Transcript for William L. N. Allen journal extract, 1853 July

Thursd July 14th Winter Quarters[.] Started on our journey for the Valley of the G[rea]t Salt Lake at 11 A.M. being 1031 miles from our journey end, we stayed for dinner, and to bait our cattle at 2. O, Clock. after Dinner we saw 18 waggons. I along with another Brother I went ahead and found it was a detachement of the Danish Camp, I went up to Brot[her] Christiansen Capt of fifty with whom I was formerly acqua who shook hands very heartily[.] likewise many of the Saints and among them was an old lady 86 Years of age who had travelled all the distance from Keokuk on foot. We travelled this day about 10 miles. note 16 of the Danish waggons had gone ahead to make the boat ferry over across the Elk Horn.

Friday July 15 Started this morning at 8. O. clock travelled till ½ past 11 A.M. crossed Pappea [Papillion] Creek and stopt for dinner. being 18 miles from Winter Quarters and 1013 miles from the Valley. We travelled this afternoon about 7 miles and camped in a Valley with the Elk Horn on the west and plenty of timber and water, also. In this valley we found the remmants of an Indian Camp

Saturday July 16th. we started at 7 A. M. crossed a bridge over a running stream and ascended a high hill untill we came in sight of the Elk Horn <and here we sighted the Danes> [.] we descended a side hill to the ferry and ferried over 50 waggons in about 3½ hours and then stayed for dinner, We learned from the ferryman that 2 weeks ago 500 of the Pawnees passed there having been pursued by the Suhs [Siouxs], and that now he had learned from an old Sqwa [squaw] that the Pawnees Omahas and Suhs were at War. travelled 8½ miles this afternoon and camped about 1 mile from the road by the side of the Elk Horn. about 7 O Clock it came on a very heavy thunder storm with Lightning and thund rain which continued untill 11 at night.

Sunday July 17th was called up at 12. O. Clock A.M. to go on watch untill 4 A.M. about 20 minutes past one <A.M.> a young girl named Fanny Bickington died. after Breakfast I made her Coffin, This afternoon we met together to serve the Lord. Brot Shurtliffs company having arrived about an hour previous he attended our meeting[.] we enjoyed ourselves first rate in testimony[,] Singing and Counsel from Capt Wheelock[,] D Shurtliff and others, we afterwards attended to the interment of the young girl which was about ½ a mile from the road side 4 Stakes where put in the ground to mark the spot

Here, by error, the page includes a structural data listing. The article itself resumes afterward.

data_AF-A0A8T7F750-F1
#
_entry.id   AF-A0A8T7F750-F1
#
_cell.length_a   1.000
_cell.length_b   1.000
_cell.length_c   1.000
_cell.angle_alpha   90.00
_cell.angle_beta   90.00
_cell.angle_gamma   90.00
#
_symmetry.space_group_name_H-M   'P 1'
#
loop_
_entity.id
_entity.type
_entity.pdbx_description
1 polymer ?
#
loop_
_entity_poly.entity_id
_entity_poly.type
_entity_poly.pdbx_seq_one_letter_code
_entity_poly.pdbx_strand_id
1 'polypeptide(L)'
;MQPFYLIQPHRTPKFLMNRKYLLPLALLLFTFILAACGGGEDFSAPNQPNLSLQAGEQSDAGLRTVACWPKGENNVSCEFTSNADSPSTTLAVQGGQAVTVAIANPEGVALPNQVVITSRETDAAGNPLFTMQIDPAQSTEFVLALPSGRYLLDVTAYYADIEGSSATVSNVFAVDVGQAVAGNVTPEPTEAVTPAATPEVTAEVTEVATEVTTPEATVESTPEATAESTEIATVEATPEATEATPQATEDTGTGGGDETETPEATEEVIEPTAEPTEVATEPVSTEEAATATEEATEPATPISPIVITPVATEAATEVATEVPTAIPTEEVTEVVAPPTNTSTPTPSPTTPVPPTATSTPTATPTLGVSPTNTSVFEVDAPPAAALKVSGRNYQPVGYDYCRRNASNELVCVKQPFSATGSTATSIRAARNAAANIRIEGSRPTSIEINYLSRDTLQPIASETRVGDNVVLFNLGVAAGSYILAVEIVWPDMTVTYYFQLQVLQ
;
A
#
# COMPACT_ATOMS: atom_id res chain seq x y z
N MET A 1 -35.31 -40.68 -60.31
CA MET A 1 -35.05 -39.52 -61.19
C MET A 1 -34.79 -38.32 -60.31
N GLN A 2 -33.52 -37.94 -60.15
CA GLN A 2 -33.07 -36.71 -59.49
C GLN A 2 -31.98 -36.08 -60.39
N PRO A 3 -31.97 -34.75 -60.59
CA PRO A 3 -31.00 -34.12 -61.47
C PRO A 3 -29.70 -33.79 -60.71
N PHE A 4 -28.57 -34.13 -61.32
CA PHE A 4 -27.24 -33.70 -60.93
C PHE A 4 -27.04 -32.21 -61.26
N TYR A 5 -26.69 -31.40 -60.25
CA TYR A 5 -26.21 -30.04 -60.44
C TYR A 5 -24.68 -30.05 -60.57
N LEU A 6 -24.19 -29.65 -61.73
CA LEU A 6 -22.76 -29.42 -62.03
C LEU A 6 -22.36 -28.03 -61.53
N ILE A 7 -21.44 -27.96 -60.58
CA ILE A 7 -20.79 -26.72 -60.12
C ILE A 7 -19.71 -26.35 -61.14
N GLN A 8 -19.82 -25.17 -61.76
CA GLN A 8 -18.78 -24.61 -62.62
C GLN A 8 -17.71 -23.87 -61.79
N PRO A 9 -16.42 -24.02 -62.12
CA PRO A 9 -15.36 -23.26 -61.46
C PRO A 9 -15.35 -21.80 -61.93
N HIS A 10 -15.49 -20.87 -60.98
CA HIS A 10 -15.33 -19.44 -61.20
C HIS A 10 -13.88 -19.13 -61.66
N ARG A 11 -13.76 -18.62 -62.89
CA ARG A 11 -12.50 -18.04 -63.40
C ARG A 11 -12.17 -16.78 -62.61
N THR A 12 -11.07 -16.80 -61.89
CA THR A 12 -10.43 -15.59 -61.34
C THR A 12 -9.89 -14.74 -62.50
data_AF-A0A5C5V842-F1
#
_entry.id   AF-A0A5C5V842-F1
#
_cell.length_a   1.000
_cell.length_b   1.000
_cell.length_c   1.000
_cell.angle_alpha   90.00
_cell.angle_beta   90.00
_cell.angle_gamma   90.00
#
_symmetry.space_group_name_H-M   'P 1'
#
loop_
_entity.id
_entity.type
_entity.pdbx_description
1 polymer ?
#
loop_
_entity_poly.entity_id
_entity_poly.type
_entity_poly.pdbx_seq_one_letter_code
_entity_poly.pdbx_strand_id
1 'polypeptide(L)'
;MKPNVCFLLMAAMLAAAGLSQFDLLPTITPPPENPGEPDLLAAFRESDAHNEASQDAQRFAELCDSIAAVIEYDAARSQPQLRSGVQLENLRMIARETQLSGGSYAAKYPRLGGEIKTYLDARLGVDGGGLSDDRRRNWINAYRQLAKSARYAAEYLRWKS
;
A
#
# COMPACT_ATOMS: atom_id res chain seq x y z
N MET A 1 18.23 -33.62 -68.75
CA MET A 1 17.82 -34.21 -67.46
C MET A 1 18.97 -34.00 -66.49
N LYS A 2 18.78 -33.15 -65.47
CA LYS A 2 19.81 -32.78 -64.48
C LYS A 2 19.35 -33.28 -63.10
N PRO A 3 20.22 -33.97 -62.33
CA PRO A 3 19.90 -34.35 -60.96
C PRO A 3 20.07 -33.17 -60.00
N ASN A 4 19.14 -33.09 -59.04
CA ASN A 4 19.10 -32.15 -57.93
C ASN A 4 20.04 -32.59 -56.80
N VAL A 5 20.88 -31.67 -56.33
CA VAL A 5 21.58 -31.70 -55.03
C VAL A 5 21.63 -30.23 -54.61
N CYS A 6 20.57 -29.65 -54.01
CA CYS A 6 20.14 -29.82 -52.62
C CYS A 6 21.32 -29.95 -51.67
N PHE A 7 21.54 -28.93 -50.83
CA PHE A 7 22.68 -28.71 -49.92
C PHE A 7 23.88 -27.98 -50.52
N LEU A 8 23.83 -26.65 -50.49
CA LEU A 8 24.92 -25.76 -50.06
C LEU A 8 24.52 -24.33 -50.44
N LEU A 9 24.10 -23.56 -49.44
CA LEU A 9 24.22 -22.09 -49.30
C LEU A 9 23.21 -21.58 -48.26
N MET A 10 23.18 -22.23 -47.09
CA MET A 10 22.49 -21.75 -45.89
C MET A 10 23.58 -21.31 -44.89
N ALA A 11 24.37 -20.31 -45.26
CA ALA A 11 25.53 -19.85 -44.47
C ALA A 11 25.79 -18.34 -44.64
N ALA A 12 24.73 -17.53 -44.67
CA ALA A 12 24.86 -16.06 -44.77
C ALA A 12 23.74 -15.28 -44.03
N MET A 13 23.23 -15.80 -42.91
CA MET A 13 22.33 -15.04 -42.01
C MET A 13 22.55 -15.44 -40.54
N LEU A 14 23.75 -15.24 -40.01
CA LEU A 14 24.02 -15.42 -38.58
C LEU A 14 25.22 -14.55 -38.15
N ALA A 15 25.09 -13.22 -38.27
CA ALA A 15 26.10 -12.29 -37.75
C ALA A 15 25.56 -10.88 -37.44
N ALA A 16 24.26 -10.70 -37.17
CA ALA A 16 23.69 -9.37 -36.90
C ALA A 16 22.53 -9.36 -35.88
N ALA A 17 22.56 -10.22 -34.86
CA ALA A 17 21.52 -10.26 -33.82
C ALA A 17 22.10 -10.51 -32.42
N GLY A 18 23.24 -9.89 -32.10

Mond 18th We pursued our journey at ½ past 7 A.M. Stopt for dinner and then purssued our journey untill ½ past 10 P.M. we traveled this day about 30 miles[.] the reason was we could find no water, this day we passed 3 Oxen by the roadside that had died. their carcases Stink for a considerable distance

July 19th we started this morning at ¼ past 5 O Clock[.] after traveling about 4 miles we came to a small stream of Water. about 50 of us went to work to make a dam and likewise a bridge of long grass and clods which made the best bridge I have seen on this journey[.] at 1 O clock we arrived at shell Creek which is about 12 feet wide by 3 feet deep[.] here we staid for breakfast, The Danish Saints were all camped here[.] they started off immediately after our arrival[.] 2 O Clock PM continued our journey[.] for the first mile the road was much flooded by the overflowing of the creek or River.

July 20th Travelled over a heavy road this morning <5¾ miles> and stopt for Dinner where the Platte River joins the road, passed Pawnee Creek and the road to the Pawnee village, which strikes to the left hand, came in sight of Brot Shurtliffs and the Danish camp

July 21st, 22nd, 23rd, 24th, 25th
Those days were spent in hard labour for our Cattle and likewise men, having to cross numerous sandy bluffs and Sloughs for about 283 miles, and with but very little bread as our women could not cook having little wood and some not <any> at all, however we found a partial substitute, their being in som places plenty of Buffalo chips[.] on the 25th about 2 O Clock we came to Wood River, where the Danes were putting their wagons over the bridge which was overflowed 2 feet[.] their been about 5 feet of water in the river, a Meeting was called together and addressed by Captn Wheelock to instruct the Bretheren how to form themselves into companys to get over the waggons unload them, and to carry the goods across, In 2 hours we put half the waggons over and goods, and then return for the night

July 26th was called up at 4, O,Clock and got the remainder of the wagons over in 2 hours more, N.B. The quantity of work that was got through in so short a time and without breaking a single thing is certainly marvellous, We <re>commenced our journey at 10 O Clock A.M. over low swampy land and had to cross several Sloughs, I never saw the Bretheren work better[.] they pushed the waggons over and scarcely one stuck[.] we arrived at a river about 10 O Clock at night with plenty of wood on its banks and thus closed a day of hard toil, but all in good spirits and rejoicing though we had to go to bed without supper,

July 27 we spent this day in cooking, washing, and cleaning oxen, in the afternoon Brot Gates company arrived and encamped a little way of us, A meeting was called